Quick Tip: Complex Powershell in Run Commandline Step of ConfigMgr TS

I am using this more and more now, maybe just because i think it’s kinda cool. I wanted to use some Powershell in a Run Commandline Step in a TS, which used a couple of lines of code, had some double-quote characters, and i didn’t want (or was too lazy) to create a script in a package, update the DPs and use that. I just wanted to test the script, demo what it did, before i went down the package route.

Also, using double-quotes in the Commandline step annoys me , escape characters and so on; so i found this neat little trick.

Take the code you want to use, e.g.

$tsenv=new-object microsoft.sms.tsenvironment;$tsenv.Value(“SMSTSErrorDialogTimeout”)=0

and parse this to a string variable using something like a Here-String

$script = {$tsenv=new-object microsoft.sms.tsenvironment;$tsenv.Value(“SMSTSErrorDialogTimeout”)}.ToString()

then use the System Convert and Text Encoding classes to create a Base64String

$encCmd = [System.Convert]::ToBase64String([System.Text.Encoding]::Unicode.GetBytes($script))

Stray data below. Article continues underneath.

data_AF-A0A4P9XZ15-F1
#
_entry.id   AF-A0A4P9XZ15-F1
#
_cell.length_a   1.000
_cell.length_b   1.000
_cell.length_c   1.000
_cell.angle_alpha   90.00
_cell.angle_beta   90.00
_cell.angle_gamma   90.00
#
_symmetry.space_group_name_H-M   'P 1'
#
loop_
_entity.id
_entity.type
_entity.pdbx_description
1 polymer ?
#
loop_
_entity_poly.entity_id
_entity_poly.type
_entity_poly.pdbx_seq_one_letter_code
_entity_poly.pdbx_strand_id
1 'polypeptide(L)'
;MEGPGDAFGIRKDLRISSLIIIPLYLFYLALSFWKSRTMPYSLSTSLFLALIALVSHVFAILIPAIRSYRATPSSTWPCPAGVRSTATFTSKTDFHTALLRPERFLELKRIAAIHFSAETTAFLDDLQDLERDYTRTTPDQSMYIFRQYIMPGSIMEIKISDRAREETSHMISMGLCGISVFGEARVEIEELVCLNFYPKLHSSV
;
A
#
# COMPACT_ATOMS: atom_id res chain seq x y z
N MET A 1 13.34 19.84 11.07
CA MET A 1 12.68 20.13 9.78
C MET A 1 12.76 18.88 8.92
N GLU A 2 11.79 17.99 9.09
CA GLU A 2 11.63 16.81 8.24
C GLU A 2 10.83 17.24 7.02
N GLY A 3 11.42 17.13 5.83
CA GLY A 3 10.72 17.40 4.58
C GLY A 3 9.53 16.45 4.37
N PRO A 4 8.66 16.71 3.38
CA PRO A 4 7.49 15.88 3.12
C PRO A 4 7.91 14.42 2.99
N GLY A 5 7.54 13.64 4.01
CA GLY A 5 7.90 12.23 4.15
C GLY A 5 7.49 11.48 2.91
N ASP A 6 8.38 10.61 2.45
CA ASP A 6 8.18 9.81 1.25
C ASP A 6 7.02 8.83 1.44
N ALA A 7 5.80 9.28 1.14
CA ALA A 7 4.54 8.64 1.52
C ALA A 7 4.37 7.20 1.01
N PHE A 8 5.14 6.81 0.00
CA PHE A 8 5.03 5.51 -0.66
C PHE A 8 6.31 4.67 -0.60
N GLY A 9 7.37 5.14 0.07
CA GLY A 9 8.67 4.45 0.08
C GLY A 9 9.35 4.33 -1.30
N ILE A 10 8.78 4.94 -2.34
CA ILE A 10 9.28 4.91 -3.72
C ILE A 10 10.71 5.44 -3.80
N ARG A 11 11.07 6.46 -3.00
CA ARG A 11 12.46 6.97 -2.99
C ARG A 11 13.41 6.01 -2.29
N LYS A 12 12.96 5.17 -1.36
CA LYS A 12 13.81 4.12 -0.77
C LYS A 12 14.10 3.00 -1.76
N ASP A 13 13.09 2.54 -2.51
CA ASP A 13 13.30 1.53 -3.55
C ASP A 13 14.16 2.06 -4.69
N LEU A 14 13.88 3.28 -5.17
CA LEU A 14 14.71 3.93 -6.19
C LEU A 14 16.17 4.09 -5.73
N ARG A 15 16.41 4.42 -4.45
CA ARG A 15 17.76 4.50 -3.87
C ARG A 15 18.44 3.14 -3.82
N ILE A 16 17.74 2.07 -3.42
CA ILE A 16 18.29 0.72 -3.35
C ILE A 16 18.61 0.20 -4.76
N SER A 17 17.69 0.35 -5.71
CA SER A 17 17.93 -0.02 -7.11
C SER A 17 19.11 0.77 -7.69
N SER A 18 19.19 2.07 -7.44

which gives


Now use that with Powershell in a Commandline step like this



Watch for line breaks when you copy the Base64String. Otherwise, it works, and if you find it useful or just cool then i’m glad.

Incidentally, to Change the Base64String back to readable text:



Accessing the Task Sequence Environment in ConfigMgr

I had a question at CMCE Switzerland about how to get acces to the SMSTS variables through Powerhell, so here it is:

In either a script or at a Powershell command window, create a ComObject:

$tsenv = New-Object -ComObject Microsoft.SMS.TSEnvironment

you can use this to access and set Task Sequence variables:


will return the value of the OSDComputerName action variable

$tsenv.Value(“SMSTSErrorDialogTimeout”) = 0

sets the timeout on the error message box to something like 6 years (in seconds)